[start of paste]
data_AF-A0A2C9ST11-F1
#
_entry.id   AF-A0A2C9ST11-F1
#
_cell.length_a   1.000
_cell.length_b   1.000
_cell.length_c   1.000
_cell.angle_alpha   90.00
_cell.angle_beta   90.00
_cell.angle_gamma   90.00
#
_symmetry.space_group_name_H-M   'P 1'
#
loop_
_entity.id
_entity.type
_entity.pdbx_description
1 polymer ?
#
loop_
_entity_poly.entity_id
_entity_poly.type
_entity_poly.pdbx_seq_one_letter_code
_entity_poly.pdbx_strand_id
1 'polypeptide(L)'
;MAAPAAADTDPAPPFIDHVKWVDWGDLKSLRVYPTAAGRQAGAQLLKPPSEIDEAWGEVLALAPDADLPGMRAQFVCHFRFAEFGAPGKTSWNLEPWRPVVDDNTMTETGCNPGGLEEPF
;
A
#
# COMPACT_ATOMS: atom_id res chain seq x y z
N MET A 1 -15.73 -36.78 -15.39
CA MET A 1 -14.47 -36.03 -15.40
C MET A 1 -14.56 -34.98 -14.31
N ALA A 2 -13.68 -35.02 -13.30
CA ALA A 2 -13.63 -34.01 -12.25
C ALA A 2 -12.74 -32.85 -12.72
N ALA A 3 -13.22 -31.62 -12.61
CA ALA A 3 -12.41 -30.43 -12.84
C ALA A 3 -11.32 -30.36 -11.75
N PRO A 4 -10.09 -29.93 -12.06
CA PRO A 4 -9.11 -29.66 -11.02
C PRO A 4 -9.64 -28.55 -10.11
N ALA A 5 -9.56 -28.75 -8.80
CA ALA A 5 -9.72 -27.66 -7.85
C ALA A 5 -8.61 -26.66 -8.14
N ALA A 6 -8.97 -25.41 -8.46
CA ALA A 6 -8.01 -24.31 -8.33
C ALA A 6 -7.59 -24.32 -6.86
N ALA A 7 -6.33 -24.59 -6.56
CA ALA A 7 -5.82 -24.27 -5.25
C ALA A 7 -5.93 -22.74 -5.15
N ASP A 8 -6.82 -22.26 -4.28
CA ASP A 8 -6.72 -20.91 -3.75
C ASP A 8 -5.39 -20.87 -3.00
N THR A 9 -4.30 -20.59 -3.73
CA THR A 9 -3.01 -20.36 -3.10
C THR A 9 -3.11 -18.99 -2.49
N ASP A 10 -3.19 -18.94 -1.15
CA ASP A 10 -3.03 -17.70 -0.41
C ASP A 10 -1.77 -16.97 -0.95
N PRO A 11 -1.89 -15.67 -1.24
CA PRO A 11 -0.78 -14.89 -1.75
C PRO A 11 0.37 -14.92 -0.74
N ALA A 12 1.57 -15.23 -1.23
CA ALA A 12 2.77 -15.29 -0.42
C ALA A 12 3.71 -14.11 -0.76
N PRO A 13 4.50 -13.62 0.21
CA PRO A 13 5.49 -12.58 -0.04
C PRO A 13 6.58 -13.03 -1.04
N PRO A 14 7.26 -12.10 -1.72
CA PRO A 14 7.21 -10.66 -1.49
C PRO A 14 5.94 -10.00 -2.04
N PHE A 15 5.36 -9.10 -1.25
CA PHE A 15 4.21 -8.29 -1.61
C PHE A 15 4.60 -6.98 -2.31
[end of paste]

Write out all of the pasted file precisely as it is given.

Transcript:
data_AF-A0A2C9ST11-F1
#
_entry.id   AF-A0A2C9ST11-F1
#
_cell.length_a   1.000
_cell.length_b   1.000
_cell.length_c   1.000
_cell.angle_alpha   90.00
_cell.angle_beta   90.00
_cell.angle_gamma   90.00
#
_symmetry.space_group_name_H-M   'P 1'
#
loop_
_entity.id
_entity.type
_entity.pdbx_description
1 polymer ?
#
loop_
_entity_poly.entity_id
_entity_poly.type
_entity_poly.pdbx_seq_one_letter_code
_entity_poly.pdbx_strand_id
1 'polypeptide(L)'
;MAAPAAADTDPAPPFIDHVKWVDWGDLKSLRVYPTAAGRQAGAQLLKPPSEIDEAWGEVLALAPDADLPGMRAQFVCHFRFAEFGAPGKTSWNLEPWRPVVDDNTMTETGCNPGGLEEPF
;
A
#
# COMPACT_ATOMS: atom_id res chain seq x y z
N MET A 1 -15.73 -36.78 -15.39
CA MET A 1 -14.47 -36.03 -15.40
C MET A 1 -14.56 -34.98 -14.31
N ALA A 2 -13.68 -35.02 -13.30
CA ALA A 2 -13.63 -34.01 -12.25
C ALA A 2 -12.74 -32.85 -12.72
N ALA A 3 -13.22 -31.62 -12.61
CA ALA A 3 -12.41 -30.43 -12.84
C ALA A 3 -11.32 -30.36 -11.75
N PRO A 4 -10.09 -29.93 -12.06
CA PRO A 4 -9.11 -29.66 -11.02
C PRO A 4 -9.64 -28.55 -10.11
N ALA A 5 -9.56 -28.75 -8.80
CA ALA A 5 -9.72 -27.66 -7.85
C ALA A 5 -8.61 -26.66 -8.14
N ALA A 6 -8.97 -25.41 -8.46
CA ALA A 6 -8.01 -24.31 -8.33
C ALA A 6 -7.59 -24.32 -6.86
N ALA A 7 -6.33 -24.59 -6.56
CA ALA A 7 -5.82 -24.27 -5.25
C ALA A 7 -5.93 -22.74 -5.15
N ASP A 8 -6.82 -22.26 -4.28
CA ASP A 8 -6.72 -20.91 -3.75
C ASP A 8 -5.39 -20.87 -3.00
N THR A 9 -4.30 -20.59 -3.73
CA THR A 9 -3.01 -20.36 -3.10
C THR A 9 -3.11 -18.99 -2.49
N ASP A 10 -3.19 -18.94 -1.15
CA ASP A 10 -3.03 -17.70 -0.41
C ASP A 10 -1.77 -16.97 -0.95
N PRO A 11 -1.89 -15.67 -1.24
CA PRO A 11 -0.78 -14.89 -1.75
C PRO A 11 0.37 -14.92 -0.74
N ALA A 12 1.57 -15.23 -1.23
CA ALA A 12 2.77 -15.29 -0.42
C ALA A 12 3.71 -14.11 -0.76
N PRO A 13 4.50 -13.62 0.21
CA PRO A 13 5.49 -12.58 -0.04
C PRO A 13 6.58 -13.03 -1.04
N PRO A 14 7.26 -12.10 -1.72
CA PRO A 14 7.21 -10.66 -1.49
C PRO A 14 5.94 -10.00 -2.04
N PHE A 15 5.36 -9.10 -1.25
CA PHE A 15 4.21 -8.29 -1.61
C PHE A 15 4.60 -6.98 -2.31